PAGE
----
After blowing off the sanding dust, I proceeded to mix the resin (you have to combine it with a catalyst in order for it to harden) and it stunk to high hell.  I didn’t want to just cast clear resin so I had some silver/grey powdered mica that I mixed in.  After I combined the mixture to my satisfaction, I used a syringe to fill the recessed areas on the lid of the box.  I actually overfilled the cut out area because there’s a slight shrinkage upon the resin curing (I’d only read about it…no actual experience in how much shrinkage would take place) and the syringe made it a very clean and tidy process; I intended to sand the resin down to be flush with the lid anyway once it was cured.

After the filling and the curing (I put the box with the un-cured resin under a lamp that put out some heat) and waited for 24 hours.  The next day, I hand sanded the box until the resin was flush and smooth.  The one disappointment I had was that the resin was quite dull and blended with the matte finish of the box, I was hoping for a glossy finish.  Easily solved!  I dug into my collection of paints and finishes and found a bottle of Triple Gloss Acrylic that I painted on to create the shine.

Overall, I’m encouraged and actively working on my next project…of course I will blog about it.  Keep an eye open on my blog; more good things will be posted soon!!!!
Thanks for reading!!!

My crafting ways take a back seat to life way too often

Standard

but still needs a button...

It just dawned on me, as I sit at the computer drinking my morning coffee and trying to wake up, the things I enjoy seemed to have taken a back seat to factors of my life that are necessary.

I make lists in order to make it through my life somewhat organized.  The lists contain bullet statements to remind me of what I need to do once my “stage one” activities take place.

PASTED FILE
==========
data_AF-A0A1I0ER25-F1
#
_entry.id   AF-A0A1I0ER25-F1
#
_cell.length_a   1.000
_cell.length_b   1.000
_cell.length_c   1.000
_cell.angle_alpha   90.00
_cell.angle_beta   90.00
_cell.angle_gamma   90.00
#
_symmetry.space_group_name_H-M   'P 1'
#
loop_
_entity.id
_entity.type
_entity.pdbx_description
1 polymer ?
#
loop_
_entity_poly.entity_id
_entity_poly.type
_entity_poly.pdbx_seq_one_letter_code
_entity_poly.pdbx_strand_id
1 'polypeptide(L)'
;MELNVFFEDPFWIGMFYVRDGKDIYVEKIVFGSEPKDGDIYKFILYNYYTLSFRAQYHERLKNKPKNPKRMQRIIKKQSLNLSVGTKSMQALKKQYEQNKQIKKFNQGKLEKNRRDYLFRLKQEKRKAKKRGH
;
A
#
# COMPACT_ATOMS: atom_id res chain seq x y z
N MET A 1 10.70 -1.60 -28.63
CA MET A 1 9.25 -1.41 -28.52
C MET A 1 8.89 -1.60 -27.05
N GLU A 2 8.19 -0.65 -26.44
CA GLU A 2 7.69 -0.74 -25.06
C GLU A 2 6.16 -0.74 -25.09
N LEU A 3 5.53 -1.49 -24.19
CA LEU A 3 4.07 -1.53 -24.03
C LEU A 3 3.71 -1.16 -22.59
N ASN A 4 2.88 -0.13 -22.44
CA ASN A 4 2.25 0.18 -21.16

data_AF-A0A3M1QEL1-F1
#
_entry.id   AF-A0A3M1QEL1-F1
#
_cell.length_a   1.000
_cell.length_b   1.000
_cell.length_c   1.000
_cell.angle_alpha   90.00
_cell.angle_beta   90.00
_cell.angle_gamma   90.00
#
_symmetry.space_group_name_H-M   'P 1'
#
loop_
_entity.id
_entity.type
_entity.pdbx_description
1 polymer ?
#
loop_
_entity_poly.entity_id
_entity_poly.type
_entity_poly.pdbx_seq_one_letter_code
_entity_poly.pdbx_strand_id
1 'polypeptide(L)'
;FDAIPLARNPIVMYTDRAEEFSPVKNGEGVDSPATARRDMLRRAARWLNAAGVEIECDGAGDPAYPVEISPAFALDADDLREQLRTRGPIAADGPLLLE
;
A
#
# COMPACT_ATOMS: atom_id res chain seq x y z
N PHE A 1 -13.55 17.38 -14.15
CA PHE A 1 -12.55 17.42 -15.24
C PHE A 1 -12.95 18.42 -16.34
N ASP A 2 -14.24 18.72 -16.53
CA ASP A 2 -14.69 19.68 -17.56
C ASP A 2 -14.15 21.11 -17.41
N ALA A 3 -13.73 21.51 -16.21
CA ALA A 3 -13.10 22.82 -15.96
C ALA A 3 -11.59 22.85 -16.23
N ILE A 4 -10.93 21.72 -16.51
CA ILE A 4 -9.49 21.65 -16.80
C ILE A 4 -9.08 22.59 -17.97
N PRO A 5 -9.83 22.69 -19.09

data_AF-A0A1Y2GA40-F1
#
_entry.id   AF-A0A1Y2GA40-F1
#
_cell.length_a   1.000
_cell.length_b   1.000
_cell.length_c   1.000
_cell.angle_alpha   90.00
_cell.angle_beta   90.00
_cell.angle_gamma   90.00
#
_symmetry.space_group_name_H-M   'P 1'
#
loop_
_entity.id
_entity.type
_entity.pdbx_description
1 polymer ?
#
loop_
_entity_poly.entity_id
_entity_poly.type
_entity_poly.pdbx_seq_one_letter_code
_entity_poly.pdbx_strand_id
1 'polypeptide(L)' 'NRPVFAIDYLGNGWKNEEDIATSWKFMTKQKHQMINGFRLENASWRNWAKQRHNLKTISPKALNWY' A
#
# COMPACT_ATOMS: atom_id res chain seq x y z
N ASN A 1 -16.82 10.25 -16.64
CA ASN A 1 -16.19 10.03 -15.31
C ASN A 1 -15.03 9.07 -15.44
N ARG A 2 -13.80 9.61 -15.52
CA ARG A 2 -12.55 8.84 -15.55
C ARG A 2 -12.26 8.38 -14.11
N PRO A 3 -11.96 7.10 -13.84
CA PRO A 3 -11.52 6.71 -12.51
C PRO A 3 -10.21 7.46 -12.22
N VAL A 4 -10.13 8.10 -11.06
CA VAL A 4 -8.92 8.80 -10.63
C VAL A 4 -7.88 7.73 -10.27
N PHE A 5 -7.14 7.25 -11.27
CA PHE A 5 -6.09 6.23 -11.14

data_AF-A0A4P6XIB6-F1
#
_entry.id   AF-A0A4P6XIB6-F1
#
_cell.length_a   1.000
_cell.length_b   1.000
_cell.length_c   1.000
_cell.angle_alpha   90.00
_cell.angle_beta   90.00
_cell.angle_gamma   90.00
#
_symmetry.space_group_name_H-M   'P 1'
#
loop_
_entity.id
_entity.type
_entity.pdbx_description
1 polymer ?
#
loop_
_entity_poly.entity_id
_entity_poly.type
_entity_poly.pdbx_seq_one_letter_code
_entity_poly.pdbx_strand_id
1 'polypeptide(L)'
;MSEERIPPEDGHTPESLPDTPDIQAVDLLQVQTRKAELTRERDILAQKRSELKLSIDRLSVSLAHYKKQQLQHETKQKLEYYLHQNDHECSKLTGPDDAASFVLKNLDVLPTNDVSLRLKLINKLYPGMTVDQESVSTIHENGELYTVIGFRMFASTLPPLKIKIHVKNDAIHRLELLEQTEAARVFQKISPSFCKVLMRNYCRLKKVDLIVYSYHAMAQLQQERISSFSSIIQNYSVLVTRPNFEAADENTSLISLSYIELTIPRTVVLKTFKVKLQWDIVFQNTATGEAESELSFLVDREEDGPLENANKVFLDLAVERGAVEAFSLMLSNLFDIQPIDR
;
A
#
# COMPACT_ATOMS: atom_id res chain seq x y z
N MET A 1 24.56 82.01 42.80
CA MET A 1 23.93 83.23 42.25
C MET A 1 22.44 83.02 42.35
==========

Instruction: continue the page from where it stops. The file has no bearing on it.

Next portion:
What are the stages that rule my life??

  • STAGE ONE: work and sleep; the things that I have to do in order to exist with some level of comfort in this life but leave very little wiggle room for extra activities or accomplishments.  No list required in this stage.
  • STAGE TWO: necessary things that can be put off for a little while but not for long.  These items include house cleaning, grocery store visit and going to the dump.  Depending on how hectic work is, this can also be an elective category for a list.  Sometimes if I create a list for this category, there are spaces in time created for an element of creativity but normally STAGE THREE items find their way in.
  • STAGE THREE: necessary things that can be put off for a while but not forever.  These things include cleaning fish tanks in the house (we’ve got three), giving dogs hair cuts (again we have three and accomplishing this in a timely manner cuts down on hours of having to chase dog fur balls around the house with a vacuum), weeding the garden and general household organization.  This category also requires a list because I never know when I have an extra window of time available to take care of these things and I have a horrible memory so a list is handy.
  • STAGE FOUR: this category contains the things I actually enjoy doing but sadly find their way to the bottom.  Crafting, creating, going to craft stores, putting in a good movie and just finishing a project that was started months ago…writing a blog entry (I’m breaking protocol today because a dog fur ball just went scooting across the hallway floor…)  These items don’t have a list because there’s only about 5% of my time that I can give to them and I only address what will make me happiest at that particular moment.

So, here’s my quandary…life seems to have taken over my creative side.  I’ve tried to make STAGES 1-3 as efficient as possible but I seem to get really tired when I’m done with what needs to be done.  Sort of makes me sad sometimes but I guess that’s better than feeling guilty.  The sad thing is that I have an incredible husband that’s very helpful around the house but there are always lists to be made and crossed off every day.

In a bigger picture, I dream of having my own little shop on Etsy where I can sell my crafts.  Actually I have a shop built but there’s nothing in it.  If for some reason I do ever load any items on Etsy, I don’t think I’d have time to take care of it and keep it updated at this point in time.  God forbid I actually sell anything!  How in the world would I make it to the post office to mail it out?  So, almost in a defeated manner, I’m a forum lurker on Etsy…continuing to dream about a day where I can just create things for hours one end…

Am I the only one?